I just couldn't figure it out. There was no reason for it not to work. Still, it became a pariah of the supplement industry. Unsold bottles sat on the shelves of health food stores, marks on their dusty containers from where people had been touching them with ten-foot poles.

Recently, though, new answers have arisen. It turns out that back then, the company that made the stuff used toxic solvents and harsh catalysts to produce the stuff. Now that doesn't necessarily mean that the product itself was toxic – it only meant that the manufacturing process wasn't refined, wasn't elegant, and that mishaps were a possibility. No one turned into a toxic swamp monster from using the stuff, least of all me, but the thought of having used that product for many months is a little unsettling when I think back on it.

Additionally, as a result of this crude manufacturing process, the final product contained about 25 different CLA isomers, when all we wanted was the cis-9, trans-11 variety. Looking back, probably only 20-25% of the EAS product consisted of the magic isomer. To even have a chance of affecting some sort of physical change on the body, a person would have to consumer 15 to 20 of the huge pills a day.

That wasn't the only problem. Even though we were trying to harvest large amounts of the cis-9, trans-11 isomer, recent research seems to indicate that it might have been the cis-10, trans-12 isomer that was the "magic" isomer all along.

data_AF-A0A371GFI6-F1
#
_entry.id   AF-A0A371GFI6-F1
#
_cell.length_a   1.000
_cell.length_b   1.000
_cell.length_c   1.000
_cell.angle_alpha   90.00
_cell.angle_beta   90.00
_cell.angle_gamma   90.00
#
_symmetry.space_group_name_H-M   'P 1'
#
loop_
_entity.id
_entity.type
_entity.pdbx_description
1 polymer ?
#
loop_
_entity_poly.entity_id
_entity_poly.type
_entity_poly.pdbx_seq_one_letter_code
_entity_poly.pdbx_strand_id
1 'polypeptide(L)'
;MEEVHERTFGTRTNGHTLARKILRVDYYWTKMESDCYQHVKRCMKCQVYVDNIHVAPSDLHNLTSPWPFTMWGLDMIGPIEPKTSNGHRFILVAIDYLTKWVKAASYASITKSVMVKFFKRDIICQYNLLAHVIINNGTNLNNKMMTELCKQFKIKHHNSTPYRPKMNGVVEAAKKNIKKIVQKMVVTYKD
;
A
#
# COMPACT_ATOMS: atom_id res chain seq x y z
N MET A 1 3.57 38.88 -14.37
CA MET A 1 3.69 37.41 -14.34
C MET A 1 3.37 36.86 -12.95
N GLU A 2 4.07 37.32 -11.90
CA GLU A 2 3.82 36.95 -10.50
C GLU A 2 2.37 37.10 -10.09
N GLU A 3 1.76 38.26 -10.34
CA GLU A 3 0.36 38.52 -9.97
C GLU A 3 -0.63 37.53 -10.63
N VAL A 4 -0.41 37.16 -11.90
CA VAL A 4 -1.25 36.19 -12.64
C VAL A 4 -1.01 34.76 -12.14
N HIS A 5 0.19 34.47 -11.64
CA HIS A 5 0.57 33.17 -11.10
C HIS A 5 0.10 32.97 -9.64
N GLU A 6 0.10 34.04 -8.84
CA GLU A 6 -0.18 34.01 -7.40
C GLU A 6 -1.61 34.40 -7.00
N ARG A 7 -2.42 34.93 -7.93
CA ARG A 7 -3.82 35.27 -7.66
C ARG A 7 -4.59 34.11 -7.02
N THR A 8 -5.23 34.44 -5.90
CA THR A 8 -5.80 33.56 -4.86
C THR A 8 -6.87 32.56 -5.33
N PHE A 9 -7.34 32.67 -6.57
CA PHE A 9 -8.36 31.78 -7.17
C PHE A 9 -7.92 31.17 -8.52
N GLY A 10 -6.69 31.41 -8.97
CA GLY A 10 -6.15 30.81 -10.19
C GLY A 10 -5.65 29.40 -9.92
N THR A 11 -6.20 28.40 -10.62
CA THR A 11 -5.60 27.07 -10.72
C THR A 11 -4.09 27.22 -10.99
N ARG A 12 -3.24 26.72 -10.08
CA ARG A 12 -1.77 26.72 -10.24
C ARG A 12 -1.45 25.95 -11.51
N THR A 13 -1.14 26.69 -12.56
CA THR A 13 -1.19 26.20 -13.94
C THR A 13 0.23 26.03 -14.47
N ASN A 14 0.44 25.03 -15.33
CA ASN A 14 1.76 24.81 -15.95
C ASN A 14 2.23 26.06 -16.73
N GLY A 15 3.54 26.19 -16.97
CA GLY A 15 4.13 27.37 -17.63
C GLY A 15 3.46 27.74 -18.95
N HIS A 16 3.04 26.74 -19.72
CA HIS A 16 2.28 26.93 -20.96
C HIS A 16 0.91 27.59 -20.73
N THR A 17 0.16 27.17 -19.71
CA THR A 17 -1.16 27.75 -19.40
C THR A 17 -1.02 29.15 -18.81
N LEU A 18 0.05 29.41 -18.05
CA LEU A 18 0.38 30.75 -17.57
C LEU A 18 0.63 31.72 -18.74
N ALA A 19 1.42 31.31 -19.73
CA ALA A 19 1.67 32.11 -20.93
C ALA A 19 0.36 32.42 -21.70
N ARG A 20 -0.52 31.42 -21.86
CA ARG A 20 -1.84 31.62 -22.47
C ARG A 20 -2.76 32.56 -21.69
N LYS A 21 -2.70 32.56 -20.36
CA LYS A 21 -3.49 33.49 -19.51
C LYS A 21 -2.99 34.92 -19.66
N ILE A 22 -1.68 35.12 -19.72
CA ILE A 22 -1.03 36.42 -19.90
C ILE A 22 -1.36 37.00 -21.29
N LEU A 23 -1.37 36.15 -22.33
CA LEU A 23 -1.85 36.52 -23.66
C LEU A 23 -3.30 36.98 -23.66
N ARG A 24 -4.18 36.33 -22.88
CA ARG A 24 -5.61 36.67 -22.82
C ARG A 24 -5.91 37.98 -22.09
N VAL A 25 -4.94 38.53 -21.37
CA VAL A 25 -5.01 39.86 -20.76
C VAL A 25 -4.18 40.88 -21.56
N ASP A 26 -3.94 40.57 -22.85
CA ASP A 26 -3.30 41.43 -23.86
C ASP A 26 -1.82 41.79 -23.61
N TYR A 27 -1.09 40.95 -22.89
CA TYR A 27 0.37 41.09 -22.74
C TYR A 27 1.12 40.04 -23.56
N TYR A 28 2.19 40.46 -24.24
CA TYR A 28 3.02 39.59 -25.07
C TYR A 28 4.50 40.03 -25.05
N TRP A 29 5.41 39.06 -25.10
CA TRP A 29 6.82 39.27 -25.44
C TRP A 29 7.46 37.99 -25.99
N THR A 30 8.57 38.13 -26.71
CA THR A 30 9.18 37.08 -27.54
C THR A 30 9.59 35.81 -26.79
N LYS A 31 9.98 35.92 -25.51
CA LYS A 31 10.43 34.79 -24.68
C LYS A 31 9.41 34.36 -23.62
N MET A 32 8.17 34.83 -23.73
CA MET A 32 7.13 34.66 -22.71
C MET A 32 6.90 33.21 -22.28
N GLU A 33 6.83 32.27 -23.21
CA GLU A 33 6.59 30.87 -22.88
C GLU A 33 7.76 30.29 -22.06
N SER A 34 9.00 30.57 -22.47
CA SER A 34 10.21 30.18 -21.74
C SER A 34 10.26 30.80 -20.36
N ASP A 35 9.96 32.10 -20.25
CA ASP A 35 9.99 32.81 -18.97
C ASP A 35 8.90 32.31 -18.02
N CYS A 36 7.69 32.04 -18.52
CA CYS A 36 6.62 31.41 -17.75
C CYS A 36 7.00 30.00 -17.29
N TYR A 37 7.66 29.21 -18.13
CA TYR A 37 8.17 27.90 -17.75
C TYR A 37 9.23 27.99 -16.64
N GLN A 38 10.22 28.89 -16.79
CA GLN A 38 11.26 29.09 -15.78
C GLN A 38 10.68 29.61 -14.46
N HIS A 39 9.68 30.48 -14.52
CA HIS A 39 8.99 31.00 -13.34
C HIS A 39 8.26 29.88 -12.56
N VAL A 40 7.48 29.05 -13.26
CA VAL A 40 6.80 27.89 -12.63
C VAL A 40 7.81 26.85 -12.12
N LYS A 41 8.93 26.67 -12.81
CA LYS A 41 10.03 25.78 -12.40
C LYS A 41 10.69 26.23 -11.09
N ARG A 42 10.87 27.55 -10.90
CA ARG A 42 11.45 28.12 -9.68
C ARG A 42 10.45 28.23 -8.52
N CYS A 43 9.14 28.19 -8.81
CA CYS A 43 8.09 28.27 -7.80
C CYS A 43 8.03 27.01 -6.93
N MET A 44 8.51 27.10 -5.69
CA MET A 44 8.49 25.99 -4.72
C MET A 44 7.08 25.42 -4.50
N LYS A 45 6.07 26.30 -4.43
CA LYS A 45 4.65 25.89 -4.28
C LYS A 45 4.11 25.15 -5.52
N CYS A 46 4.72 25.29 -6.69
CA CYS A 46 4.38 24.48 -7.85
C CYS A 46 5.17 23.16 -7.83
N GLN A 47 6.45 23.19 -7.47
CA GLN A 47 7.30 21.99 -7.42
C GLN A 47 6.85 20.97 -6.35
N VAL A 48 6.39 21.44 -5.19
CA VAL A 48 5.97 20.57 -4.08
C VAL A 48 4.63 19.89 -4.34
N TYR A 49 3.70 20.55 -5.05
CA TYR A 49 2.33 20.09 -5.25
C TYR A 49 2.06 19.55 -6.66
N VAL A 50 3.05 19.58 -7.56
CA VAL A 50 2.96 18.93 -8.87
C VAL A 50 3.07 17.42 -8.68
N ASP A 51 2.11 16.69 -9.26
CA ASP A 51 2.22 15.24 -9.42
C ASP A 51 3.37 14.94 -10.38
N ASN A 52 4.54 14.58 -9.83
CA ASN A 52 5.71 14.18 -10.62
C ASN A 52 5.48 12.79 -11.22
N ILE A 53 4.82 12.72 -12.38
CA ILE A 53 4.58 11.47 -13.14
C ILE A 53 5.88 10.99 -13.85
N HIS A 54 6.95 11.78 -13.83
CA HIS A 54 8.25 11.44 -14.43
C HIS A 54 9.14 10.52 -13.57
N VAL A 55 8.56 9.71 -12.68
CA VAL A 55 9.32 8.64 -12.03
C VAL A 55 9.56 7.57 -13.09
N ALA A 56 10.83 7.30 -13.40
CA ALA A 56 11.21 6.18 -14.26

No wonder the EAS product didn't work!

Regardless of all that, is there still any evidence we should give CLA a second look?

I definitely think so. Michael Pariza, one of the CLA pioneers, presented the preliminary results of a new CLA study to members of the American Chemical Society last fall. Pariza recruited 80 obese men and women. He gave 3 grams of CLA per day to half of them, and the other half received the same dosage of sunflower oil. Even though Pariza's more recent studies had shown that it really is the cis-10, trans-12 isomer that's responsible for altering fat accumulation, he used a 50:50 mix (of the cis-9, trans-11 and the cis-10, trans-12 isomers) to keep costs down.

At the end of 6 months, all of the subjects had lost weight (about 5 pounds each), but a third of the subjects taking CLA increased muscle mass. Pariza theorized that a "nutrient partitioning" effect was happening. In other words, calories that might originally be stored as fat were, because of the CLA, being partitioned into muscle.

Pariza, as quoted in the March 3, 2001 edition of "Science News," tried to explain the fat-loss phenomenon: "Every fat cell in the body wants to get big. What the cis-10, trans-12 CLA does is force that fat cell to stay little by affecting a number of enzymes that are ordinarily responsible for filling it with lipids."